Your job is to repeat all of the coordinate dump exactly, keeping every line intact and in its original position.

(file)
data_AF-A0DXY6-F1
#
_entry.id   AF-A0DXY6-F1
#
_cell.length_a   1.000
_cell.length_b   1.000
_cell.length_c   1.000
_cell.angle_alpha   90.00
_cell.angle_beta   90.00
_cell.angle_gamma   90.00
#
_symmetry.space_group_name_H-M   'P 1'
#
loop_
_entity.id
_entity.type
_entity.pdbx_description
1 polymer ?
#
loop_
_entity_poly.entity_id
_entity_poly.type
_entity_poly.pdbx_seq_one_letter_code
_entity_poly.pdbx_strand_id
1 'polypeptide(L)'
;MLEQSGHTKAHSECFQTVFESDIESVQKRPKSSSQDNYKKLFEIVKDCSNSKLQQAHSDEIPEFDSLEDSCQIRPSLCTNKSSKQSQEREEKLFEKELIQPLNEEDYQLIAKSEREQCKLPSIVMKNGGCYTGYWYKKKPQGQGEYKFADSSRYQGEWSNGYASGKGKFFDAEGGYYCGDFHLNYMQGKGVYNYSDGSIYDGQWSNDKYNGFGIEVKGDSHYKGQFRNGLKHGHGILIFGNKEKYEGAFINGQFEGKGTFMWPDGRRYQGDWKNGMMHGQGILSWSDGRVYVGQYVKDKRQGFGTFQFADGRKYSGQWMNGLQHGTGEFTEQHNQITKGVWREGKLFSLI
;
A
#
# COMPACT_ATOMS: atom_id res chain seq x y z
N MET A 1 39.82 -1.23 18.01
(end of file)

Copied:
data_AF-A0DXY6-F1
#
_entry.id   AF-A0DXY6-F1
#
_cell.length_a   1.000
_cell.length_b   1.000
_cell.length_c   1.000
_cell.angle_alpha   90.00
_cell.angle_beta   90.00
_cell.angle_gamma   90.00
#
_symmetry.space_group_name_H-M   'P 1'
#
loop_
_entity.id
_entity.type
_entity.pdbx_description
1 polymer ?
#
loop_
_entity_poly.entity_id
_entity_poly.type
_entity_poly.pdbx_seq_one_letter_code
_entity_poly.pdbx_strand_id
1 'polypeptide(L)'
;MLEQSGHTKAHSECFQTVFESDIESVQKRPKSSSQDNYKKLFEIVKDCSNSKLQQAHSDEIPEFDSLEDSCQIRPSLCTNKSSKQSQEREEKLFEKELIQPLNEEDYQLIAKSEREQCKLPSIVMKNGGCYTGYWYKKKPQGQGEYKFADSSRYQGEWSNGYASGKGKFFDAEGGYYCGDFHLNYMQGKGVYNYSDGSIYDGQWSNDKYNGFGIEVKGDSHYKGQFRNGLKHGHGILIFGNKEKYEGAFINGQFEGKGTFMWPDGRRYQGDWKNGMMHGQGILSWSDGRVYVGQYVKDKRQGFGTFQFADGRKYSGQWMNGLQHGTGEFTEQHNQITKGVWREGKLFSLI
;
A
#
# COMPACT_ATOMS: atom_id res chain seq x y z
N MET A 1 39.82 -1.23 18.01